Malaysia: African, Asian and Caribbean leaders have pledged to provide millions of people with wider access to education, land and loans in some of the world’s poorest nations.
Government and corporate leaders from about 20 countries agreed to undertake policies to encourage development “with the ultimate aim of eradicating poverty,” according to a plan of action issued at the end of the three-day Langkawi International Dialogue in northern Malaysia.
Malaysian Prime Minister Abdullah Ahmad Badawi said the Langkawi plan of action was not binding on any government, but he voiced confidence that the leaders would work for their people’s welfare.
“This dialogue has been a bazaar of ideas,” said Abdullah, whose country transformed itself from a rubber-producing backwater into one of Southeast Asia’s most industrialized economies. “It has not been a waste of time.”
According to the plan, delegates endorsed wide-ranging measures such as promoting training for youth, encouraging girls to attend school, designing micro-credit financing programmes for small businesses and increasing openings to land and other resources to boost job opportunities.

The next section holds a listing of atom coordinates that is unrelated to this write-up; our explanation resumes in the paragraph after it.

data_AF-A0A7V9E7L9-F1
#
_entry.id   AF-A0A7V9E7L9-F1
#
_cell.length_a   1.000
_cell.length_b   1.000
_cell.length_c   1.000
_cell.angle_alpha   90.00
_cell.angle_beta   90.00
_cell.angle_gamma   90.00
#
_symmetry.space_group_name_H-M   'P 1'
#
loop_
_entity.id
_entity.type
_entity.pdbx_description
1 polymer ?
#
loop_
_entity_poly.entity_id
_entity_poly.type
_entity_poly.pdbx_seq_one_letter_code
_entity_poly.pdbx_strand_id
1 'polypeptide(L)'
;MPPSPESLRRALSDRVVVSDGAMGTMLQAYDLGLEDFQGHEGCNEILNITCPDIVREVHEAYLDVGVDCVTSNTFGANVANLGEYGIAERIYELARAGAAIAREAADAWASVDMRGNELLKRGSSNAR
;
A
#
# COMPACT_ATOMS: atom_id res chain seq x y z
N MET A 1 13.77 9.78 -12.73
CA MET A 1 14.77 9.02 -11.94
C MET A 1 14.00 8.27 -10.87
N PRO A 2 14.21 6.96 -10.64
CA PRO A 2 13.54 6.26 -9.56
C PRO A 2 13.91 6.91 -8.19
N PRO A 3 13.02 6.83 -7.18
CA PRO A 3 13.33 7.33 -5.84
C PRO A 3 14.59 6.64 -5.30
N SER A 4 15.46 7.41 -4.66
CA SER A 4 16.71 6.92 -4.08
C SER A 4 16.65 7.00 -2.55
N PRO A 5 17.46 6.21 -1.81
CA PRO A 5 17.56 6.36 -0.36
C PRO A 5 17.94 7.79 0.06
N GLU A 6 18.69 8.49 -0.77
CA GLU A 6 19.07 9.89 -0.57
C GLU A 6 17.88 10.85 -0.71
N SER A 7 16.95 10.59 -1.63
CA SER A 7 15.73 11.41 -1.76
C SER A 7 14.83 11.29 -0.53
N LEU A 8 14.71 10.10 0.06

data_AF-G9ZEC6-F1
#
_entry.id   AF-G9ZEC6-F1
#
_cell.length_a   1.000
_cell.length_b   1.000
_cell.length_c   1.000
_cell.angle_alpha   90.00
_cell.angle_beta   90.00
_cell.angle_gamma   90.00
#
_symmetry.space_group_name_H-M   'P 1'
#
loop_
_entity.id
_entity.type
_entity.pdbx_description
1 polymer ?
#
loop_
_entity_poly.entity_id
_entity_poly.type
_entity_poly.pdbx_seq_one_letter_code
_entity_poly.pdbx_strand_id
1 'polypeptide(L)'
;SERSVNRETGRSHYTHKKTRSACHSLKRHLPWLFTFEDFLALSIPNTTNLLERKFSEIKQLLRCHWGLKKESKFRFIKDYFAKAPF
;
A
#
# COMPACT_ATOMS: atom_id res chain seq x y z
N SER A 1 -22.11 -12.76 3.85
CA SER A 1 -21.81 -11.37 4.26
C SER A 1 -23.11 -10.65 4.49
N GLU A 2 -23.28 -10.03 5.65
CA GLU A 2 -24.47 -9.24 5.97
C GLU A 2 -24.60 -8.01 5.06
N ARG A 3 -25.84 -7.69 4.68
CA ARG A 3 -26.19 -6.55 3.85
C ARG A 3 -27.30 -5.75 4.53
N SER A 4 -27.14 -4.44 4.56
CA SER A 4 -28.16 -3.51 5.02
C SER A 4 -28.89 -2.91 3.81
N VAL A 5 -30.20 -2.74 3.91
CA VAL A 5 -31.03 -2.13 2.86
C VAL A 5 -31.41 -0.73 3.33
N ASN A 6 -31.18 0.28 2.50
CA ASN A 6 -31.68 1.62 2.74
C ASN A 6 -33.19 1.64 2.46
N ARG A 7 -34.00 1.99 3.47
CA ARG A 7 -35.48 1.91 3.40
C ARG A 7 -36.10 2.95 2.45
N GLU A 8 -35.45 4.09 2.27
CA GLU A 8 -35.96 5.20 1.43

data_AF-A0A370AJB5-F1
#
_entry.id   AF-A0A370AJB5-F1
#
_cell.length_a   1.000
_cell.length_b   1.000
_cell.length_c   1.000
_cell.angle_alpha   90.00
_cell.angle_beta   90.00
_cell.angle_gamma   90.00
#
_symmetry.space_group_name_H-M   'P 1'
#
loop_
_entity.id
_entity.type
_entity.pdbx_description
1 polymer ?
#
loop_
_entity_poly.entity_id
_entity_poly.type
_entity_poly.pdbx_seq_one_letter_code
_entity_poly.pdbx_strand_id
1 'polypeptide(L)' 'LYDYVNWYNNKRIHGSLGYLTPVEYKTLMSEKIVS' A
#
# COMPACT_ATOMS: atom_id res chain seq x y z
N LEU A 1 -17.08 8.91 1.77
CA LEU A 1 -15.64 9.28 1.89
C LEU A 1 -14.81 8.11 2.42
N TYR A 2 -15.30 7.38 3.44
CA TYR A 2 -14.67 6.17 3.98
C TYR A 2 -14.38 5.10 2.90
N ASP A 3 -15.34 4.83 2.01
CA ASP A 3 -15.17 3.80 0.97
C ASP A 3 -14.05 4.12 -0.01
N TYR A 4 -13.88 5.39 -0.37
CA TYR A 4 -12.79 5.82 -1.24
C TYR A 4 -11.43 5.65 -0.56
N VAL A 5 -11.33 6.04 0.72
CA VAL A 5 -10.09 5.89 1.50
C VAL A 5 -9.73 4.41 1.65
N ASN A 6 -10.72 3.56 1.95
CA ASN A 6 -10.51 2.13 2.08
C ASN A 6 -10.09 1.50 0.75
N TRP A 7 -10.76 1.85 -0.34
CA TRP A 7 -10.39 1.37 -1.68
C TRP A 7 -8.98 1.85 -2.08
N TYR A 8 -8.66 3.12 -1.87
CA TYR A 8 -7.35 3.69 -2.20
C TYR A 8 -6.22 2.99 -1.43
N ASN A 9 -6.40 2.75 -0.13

Sudanese President Omar al-Bashir highlighted how improving food security measures might spare populations from hunger during droughts, while Swaziland’s King Mswati III, whose agricultural nation is often battered by crop failures, raised the need to attract foreign investment to modernize their economies.
“It is important that governments should develop active programmes and set targets,” Mswati told the conference.
Delegates included President Robert Mugabe of Zimbabwe, which is facing a financial meltdown. The International Monetary Fund forecasts inflation in Zimbabwe could rise to 100,000% by the end of the year, while the World Food Programme has pleaded for funds to help more than 3.3 million Zimbabweans lacking food supplies.
Other leaders at the three-day conference come from countries with high unemployment, including Namibia and St. Vincent and the Grenadines. Some are afflicted by soaring AIDS infection rates, like Lesotho and Zambia.